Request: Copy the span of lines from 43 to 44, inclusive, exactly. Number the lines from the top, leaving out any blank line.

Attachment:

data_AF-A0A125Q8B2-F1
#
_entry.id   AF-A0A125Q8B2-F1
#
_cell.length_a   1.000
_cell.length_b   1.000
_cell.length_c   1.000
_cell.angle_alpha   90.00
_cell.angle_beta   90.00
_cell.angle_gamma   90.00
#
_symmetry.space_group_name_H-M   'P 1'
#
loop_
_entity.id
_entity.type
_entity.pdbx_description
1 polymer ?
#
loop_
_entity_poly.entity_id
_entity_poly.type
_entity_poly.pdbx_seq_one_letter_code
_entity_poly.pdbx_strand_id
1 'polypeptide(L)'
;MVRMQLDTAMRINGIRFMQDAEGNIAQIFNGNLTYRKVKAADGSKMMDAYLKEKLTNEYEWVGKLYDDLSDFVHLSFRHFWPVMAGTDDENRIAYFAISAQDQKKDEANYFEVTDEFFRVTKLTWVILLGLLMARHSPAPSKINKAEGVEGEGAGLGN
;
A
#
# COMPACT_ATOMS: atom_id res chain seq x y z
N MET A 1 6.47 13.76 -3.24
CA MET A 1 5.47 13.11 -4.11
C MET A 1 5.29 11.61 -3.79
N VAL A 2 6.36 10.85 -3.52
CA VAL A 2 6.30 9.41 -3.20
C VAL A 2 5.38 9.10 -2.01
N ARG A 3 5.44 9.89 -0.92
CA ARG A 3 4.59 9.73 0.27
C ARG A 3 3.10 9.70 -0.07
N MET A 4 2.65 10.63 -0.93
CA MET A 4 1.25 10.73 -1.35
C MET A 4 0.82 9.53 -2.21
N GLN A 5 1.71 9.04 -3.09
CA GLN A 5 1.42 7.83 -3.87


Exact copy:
N GLN A 5 1.71 9.04 -3.09
CA GLN A 5 1.42 7.83 -3.87